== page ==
Time — it seems like there’s never enough of it in schools, especially this time of year when field trips, testing, year-end projects and activities take over the instructional calendar. I find at this time of year, teachers often come to me asking for a project where students can practice information literacy skills, like citation, choosing sources, taking notes, or avoiding plagiarism, but in less time than writing a traditional long research paper might take.
Enter Annotated Bibliographies and Everything But the Research Paper assignments.
These slightly adapted versions of traditional research assignments are great ways to practice a few information literacy skills in greater depth. For me, these assignments can be a real win for students because they are required to slow down and spend more time on important research steps like selecting, evaluating, and justifying sources. This way, when they do longer research assignments or are working more independently, they have a stronger foundation of skills and better habits to rely upon. Students who have significant writing anxiety or are still developing research skills appreciate the greater scaffolding these step-by-step assignments often provide, too. Early in the school year, I’ve found it helpful to use these assignments as mini-units to pre-teach a skill that students will need in a project later in the school year. At this point in the year, they make a great way to review a skill learned earlier on.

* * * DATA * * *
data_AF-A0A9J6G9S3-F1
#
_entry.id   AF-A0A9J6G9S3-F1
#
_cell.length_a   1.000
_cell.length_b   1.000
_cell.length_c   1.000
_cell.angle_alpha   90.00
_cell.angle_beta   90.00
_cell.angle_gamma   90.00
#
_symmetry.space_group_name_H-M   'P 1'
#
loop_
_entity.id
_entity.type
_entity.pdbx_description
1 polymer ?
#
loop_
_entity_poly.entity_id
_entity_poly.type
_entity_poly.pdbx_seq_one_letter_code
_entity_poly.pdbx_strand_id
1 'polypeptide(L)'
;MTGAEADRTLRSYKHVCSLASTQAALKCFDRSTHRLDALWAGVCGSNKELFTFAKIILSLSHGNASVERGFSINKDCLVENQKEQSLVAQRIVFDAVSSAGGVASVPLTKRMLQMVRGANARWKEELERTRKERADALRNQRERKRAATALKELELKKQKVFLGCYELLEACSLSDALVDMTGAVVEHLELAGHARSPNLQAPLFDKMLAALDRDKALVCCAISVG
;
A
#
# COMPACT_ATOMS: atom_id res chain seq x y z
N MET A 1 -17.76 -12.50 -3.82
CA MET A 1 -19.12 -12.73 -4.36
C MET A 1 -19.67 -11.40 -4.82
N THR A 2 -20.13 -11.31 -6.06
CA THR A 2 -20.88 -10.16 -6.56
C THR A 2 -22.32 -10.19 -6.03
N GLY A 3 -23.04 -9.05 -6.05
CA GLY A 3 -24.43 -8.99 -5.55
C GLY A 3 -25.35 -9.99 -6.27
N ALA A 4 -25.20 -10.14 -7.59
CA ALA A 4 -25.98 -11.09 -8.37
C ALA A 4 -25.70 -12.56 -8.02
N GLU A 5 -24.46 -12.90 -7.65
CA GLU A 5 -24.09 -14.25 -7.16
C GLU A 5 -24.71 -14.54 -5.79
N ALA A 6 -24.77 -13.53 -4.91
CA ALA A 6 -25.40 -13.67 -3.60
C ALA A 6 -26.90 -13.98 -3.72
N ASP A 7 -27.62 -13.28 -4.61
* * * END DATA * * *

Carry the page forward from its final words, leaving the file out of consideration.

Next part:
While there are other models out there for these assignments (and, to be fair, other assignments that meet similar goals), these are tools that I’ve found work well in my school.
In this assignment, students create an MLA Works Cited list and write a short paragraph summarizing, assessing and reflecting on each source.
Everything But the Research Paper
Students write a research question, research proposal, outline, find sources, take notes, and write the introduction, but don’t go on to write the research paper.